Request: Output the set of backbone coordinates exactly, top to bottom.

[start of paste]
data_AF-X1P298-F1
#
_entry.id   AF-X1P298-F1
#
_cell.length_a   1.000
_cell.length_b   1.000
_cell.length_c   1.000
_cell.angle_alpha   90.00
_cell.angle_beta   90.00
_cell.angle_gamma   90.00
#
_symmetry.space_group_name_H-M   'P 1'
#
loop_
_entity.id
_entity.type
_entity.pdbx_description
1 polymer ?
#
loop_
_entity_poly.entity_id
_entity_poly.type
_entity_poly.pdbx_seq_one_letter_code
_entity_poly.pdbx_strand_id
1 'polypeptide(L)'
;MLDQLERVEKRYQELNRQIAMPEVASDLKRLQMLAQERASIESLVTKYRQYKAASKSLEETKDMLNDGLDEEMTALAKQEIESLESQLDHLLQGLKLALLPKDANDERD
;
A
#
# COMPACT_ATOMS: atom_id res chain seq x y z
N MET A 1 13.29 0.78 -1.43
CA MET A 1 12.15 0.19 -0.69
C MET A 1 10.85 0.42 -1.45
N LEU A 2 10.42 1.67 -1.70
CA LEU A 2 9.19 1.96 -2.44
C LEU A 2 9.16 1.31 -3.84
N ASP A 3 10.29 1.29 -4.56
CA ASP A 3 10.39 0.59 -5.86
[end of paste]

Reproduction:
data_AF-X1P298-F1
#
_entry.id   AF-X1P298-F1
#
_cell.length_a   1.000
_cell.length_b   1.000
_cell.length_c   1.000
_cell.angle_alpha   90.00
_cell.angle_beta   90.00
_cell.angle_gamma   90.00
#
_symmetry.space_group_name_H-M   'P 1'
#
loop_
_entity.id
_entity.type
_entity.pdbx_description
1 polymer ?
#
loop_
_entity_poly.entity_id
_entity_poly.type
_entity_poly.pdbx_seq_one_letter_code
_entity_poly.pdbx_strand_id
1 'polypeptide(L)'
;MLDQLERVEKRYQELNRQIAMPEVASDLKRLQMLAQERASIESLVTKYRQYKAASKSLEETKDMLNDGLDEEMTALAKQEIESLESQLDHLLQGLKLALLPKDANDERD
;
A
#
# COMPACT_ATOMS: atom_id res chain seq x y z
N MET A 1 13.29 0.78 -1.43
CA MET A 1 12.15 0.19 -0.69
C MET A 1 10.85 0.42 -1.45
N LEU A 2 10.42 1.67 -1.70
CA LEU A 2 9.19 1.96 -2.44
C LEU A 2 9.16 1.31 -3.84
N ASP A 3 10.29 1.29 -4.56
CA ASP A 3 10.39 0.59 -5.86